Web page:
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“thing if his ministers also be transformed " as the ministers of righteousness.”
I BESEECH you, also, to remember that the innocence of rejection of the Gospel, and of irreligious principles, is not to be inferred from the behaviour of infidels, in particular circumstances. Natural disposition, education, company, habits of life, independence, shame, and such like, may be restraints to them, and keep them within the bounds of decency, which are none to their disciples. To their disciples, the doctrine is, Do what ye will, and dread no bereafter. We are told an infidel's servant profited so by his master's conversations at table, that on being threatened with the gibbet for theft, he coolly answered, “ You have taught me not to be “ afraid of being hanged.”
LET not any consideration whatever lessen your attachment to the Gospel, or your abhorrence for its enemies : by the one or the other being diminished or lost, your love of excellence, your enjoyment of tranquillity, and high delight, is alto impaired and destroyed: you are sliding from the firm ground of
duty, duty, of safety, of happiness, of salvation. But your greatest danger arises from being frequently with the irreligious, and becoming their companions. Therefore, let me exhort you to dislike and shun the company of the enemies of the Gospel.
“ Come out from among them: cease to “ hear the instruction that causeth to err “ from the words of knowledge :--Blessed is “ the man that walketh not in the counsel of " the ungodly, nor standeth in the way of “ sinners, nor sitteth in the seat of the scorn“ ful.” How to reconcile frequency or forwardness of adulation, respect and deference, and cultivating friendship with the ungodly, the finner and the scornful, with faith in CHRIST, I know not : I ought rather to say, and I have endeavoured to convince you, they are absolutely incompatible and irreconcileable. To be morose, rigid and forbidding; to be any thing but gentle, kind, and obliging, is condemned; is unchristian, and antichristian : nevertheless, we ought to say “ Depart from us, ye enemies of our Lord.” So the faints have said, so the Scriptures command. You ought to testify against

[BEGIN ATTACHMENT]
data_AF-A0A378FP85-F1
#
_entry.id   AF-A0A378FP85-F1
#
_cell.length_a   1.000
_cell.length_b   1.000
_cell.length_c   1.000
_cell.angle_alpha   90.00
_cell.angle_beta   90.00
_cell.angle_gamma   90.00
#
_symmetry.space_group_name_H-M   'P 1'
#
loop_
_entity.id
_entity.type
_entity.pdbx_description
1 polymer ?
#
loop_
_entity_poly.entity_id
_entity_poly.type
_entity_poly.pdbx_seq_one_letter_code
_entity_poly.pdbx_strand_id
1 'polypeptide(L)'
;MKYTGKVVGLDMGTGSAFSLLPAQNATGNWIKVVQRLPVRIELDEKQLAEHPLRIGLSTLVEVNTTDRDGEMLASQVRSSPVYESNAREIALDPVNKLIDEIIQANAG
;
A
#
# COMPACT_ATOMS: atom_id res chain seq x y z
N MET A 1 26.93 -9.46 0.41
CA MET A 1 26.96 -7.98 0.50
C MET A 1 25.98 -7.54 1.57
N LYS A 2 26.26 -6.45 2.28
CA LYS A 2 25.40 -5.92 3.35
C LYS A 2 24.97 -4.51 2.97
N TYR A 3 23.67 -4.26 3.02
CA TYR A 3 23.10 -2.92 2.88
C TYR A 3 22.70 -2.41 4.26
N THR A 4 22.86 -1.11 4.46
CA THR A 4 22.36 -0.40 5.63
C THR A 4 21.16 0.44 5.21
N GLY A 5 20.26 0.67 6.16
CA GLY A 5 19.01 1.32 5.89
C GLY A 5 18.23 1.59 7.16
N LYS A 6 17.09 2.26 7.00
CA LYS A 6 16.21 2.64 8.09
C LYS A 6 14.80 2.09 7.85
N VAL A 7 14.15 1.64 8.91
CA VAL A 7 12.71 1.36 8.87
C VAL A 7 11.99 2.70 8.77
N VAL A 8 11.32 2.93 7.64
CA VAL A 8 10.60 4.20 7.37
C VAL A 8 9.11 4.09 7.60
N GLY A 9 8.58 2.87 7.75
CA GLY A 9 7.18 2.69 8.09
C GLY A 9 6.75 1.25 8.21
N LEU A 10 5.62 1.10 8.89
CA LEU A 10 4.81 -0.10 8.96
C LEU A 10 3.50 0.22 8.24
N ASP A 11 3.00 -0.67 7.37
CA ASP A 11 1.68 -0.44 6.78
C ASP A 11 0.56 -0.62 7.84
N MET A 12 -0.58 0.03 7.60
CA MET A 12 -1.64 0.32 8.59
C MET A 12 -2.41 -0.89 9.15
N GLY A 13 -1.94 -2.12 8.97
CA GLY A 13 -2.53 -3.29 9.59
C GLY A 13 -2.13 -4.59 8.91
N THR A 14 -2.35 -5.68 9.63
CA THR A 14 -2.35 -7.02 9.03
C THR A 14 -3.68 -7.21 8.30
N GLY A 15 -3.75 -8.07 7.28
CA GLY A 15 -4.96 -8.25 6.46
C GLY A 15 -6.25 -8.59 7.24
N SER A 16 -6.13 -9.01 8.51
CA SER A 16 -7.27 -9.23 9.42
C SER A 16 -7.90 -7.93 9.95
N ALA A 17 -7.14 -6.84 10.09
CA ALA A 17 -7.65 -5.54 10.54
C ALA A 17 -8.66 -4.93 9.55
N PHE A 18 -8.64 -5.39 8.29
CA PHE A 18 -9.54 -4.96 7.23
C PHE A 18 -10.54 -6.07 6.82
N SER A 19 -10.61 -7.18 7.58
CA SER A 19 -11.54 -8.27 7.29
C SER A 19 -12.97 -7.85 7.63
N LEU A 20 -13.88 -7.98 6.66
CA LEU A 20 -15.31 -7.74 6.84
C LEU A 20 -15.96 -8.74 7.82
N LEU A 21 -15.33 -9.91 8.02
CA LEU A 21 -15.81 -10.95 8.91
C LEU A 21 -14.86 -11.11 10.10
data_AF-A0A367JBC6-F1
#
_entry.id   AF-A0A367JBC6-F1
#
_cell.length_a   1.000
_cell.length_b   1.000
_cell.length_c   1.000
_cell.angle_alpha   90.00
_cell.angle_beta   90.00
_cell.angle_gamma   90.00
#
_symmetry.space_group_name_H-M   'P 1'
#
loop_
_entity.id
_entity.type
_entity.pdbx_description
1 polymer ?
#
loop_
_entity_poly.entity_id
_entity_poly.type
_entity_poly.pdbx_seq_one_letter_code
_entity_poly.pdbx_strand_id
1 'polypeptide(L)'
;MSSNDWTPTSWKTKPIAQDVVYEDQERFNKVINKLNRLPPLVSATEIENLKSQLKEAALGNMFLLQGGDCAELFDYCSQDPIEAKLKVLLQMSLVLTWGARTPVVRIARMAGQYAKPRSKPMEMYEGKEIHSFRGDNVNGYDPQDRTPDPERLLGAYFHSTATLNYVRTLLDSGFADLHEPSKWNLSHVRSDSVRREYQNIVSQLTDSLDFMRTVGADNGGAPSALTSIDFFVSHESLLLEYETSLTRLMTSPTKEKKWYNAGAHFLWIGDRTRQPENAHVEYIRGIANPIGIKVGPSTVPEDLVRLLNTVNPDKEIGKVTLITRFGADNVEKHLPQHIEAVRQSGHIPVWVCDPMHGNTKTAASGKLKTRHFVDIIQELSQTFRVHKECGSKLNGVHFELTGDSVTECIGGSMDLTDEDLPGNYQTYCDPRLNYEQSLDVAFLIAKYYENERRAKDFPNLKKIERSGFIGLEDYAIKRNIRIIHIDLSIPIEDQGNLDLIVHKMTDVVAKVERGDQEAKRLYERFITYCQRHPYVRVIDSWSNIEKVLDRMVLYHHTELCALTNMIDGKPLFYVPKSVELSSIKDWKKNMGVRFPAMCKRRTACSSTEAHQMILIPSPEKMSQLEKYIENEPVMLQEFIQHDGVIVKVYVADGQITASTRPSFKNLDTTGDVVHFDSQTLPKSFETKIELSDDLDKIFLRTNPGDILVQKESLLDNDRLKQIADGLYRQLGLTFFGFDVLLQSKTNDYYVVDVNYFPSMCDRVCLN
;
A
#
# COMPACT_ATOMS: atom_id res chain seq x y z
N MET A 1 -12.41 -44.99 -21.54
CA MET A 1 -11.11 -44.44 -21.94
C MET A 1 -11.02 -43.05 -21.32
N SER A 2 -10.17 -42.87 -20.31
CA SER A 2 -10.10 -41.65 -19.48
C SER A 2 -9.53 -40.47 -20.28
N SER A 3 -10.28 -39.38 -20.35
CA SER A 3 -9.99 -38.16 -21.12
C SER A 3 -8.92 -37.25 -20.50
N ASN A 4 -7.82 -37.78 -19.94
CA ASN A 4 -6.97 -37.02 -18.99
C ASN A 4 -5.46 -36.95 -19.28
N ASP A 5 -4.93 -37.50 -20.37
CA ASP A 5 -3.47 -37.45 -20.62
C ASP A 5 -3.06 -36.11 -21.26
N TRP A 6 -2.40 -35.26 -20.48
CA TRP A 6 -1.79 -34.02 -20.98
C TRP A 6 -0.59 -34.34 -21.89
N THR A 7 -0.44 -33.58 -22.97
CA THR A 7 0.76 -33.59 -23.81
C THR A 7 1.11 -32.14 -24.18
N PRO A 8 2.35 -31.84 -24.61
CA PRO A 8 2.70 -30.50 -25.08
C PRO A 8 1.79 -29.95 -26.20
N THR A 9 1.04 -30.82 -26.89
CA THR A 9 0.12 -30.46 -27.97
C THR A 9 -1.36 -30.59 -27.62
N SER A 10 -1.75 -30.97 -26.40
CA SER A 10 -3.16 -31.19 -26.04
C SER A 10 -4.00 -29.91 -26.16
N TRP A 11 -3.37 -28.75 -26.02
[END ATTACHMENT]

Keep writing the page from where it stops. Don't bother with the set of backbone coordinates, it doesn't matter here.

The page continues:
them, and to separate yourselves : on your own account : “ least ye being led away by 5 the error of the wicked fall from your own “ stedfastness :" lest your seeming friendship for them prove a stumbling block to others, who may be in greater danger from equal intimacy: and left, by your imprudently allociating with them, ye encourage the irreligious themselves, in the belief that homage belongs to them ; or in their suspicions that, as you do not obey the Scriptures in having fellowship with them, you do not really obey them at all: and that your professed belief and respect for revelation is mere hypocrisy.
Let me exhort you, finally, to counteract the enemies of Christianity in your sphere, according to your ability, and as opportunities offer, and by every method in your power. This is the duty of all Christians: it is a duty to which your indignation against irreligion will dispose and constrain you: you are reproved by their zeal if you have been negligent and supine in this duty, to any degree, hitherto : their success you dread and deplore, and are compelled to exert yourselves, not to check irreligion only, but also
to to encourage and advance the interests of religion, and the spread and power of the Gospel.
And here, my friends, let each of us inquire what are the exertions to which we are called ? what are the most effectual methods of forwarding and securing these objects in the particular circumstances in which we are placed. According to the various conditions, abilities and relations of men, are the exertions exacted of them. It is for us to attend to them, and to employ those talents with which we are entrusted, and to avail ourselves of whatever Providence puts in our power, for turning the tide of irreligion, and contributing to the word of God having free course and being glorified. Knowing this to be your dury, and it is more than duty, it is the highest honour and most blissful employment of Christians, you will be quick fighted in discovering the time, the circumstances, and the manner of performing your duty.
That some classes of men are more especially called to the defence and furtherance
of the Gospel, is evident: Let the men of station, of influence, of wealth ; let parents and superiors, do whatever their hands find to do, and take the lead ;- but let not the most obscure say, “ I can do nothing :" there is one way in which all without exception may contribute to the defence and furtherance of the Gospel most effectually, and if this is neglected, we can expect little or no good from any other. I point to this by reading you the following Scriptures.
I BEGIN with the exhortation of our LORD in the Sermon on the Mount. “Let your “ light so shine before men, that they may “ see your good works, and glorify your Fa" ther which is in heaven.” The influence of good example, is at once strongly asserted and warmly recommended by the Apostle Peter in his first epistle. “ Dearly beloved, "' I beseech you as strangers and pilgrims, “ abstain from fleshly lusts, that war against " the foul; that whereas they speak against " you as evil doers, they may by your “ good works which they shall behold, glo“rify God in the day of visitation :” and again. " If you suffer for righteousness Dd